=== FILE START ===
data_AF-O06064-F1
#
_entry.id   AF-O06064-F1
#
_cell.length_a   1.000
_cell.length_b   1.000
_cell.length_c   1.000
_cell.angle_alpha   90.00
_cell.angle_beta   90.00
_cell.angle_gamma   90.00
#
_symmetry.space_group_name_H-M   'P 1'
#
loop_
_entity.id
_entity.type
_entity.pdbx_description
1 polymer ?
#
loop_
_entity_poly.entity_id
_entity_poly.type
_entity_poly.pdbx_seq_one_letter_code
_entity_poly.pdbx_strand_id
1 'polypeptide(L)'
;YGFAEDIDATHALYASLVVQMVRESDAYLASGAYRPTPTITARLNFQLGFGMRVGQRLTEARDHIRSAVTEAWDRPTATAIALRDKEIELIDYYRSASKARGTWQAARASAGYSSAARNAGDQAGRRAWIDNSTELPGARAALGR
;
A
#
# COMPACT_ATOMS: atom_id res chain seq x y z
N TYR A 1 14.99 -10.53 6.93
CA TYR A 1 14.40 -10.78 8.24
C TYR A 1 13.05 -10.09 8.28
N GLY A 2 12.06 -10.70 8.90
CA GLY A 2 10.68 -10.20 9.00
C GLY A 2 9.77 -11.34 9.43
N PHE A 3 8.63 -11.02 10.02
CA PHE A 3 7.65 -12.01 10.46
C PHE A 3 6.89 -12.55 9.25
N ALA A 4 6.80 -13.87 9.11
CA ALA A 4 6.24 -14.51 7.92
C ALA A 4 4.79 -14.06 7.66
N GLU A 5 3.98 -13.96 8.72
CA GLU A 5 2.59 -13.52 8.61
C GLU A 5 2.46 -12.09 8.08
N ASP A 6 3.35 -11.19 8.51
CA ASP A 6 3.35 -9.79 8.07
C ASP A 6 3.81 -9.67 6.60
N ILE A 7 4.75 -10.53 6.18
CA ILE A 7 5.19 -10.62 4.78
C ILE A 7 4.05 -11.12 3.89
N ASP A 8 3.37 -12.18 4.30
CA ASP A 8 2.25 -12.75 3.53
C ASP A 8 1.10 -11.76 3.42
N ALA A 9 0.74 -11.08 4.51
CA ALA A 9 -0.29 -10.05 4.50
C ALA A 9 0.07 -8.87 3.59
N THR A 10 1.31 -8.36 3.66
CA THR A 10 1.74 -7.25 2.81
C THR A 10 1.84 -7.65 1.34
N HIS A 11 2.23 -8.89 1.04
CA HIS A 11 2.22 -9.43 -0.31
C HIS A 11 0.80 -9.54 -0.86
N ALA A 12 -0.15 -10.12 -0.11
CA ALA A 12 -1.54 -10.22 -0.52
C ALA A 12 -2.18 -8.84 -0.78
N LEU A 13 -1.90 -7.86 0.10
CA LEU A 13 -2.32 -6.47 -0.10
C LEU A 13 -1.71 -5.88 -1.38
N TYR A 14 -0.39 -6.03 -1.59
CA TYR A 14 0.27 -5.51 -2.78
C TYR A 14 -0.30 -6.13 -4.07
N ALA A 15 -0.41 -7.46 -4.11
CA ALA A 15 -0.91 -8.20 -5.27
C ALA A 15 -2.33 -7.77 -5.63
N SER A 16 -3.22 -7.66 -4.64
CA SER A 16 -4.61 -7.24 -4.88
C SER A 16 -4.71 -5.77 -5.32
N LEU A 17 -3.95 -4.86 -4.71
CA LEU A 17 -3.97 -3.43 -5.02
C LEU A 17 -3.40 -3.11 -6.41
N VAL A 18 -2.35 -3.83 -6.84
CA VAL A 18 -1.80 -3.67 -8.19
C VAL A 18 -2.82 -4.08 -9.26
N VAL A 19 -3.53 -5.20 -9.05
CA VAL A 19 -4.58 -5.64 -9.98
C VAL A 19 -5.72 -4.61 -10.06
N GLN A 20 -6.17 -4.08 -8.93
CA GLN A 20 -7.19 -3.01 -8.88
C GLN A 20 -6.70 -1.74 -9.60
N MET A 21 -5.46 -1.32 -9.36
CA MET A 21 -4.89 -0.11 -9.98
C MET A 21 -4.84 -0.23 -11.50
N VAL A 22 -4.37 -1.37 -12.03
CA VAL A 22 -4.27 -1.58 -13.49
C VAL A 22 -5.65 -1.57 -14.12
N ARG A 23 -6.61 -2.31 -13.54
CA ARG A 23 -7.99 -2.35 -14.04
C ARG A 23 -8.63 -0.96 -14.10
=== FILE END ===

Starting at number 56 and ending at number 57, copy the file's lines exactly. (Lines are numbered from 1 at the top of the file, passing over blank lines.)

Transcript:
CA ALA A 9 -0.29 -10.05 4.50
C ALA A 9 0.07 -8.87 3.59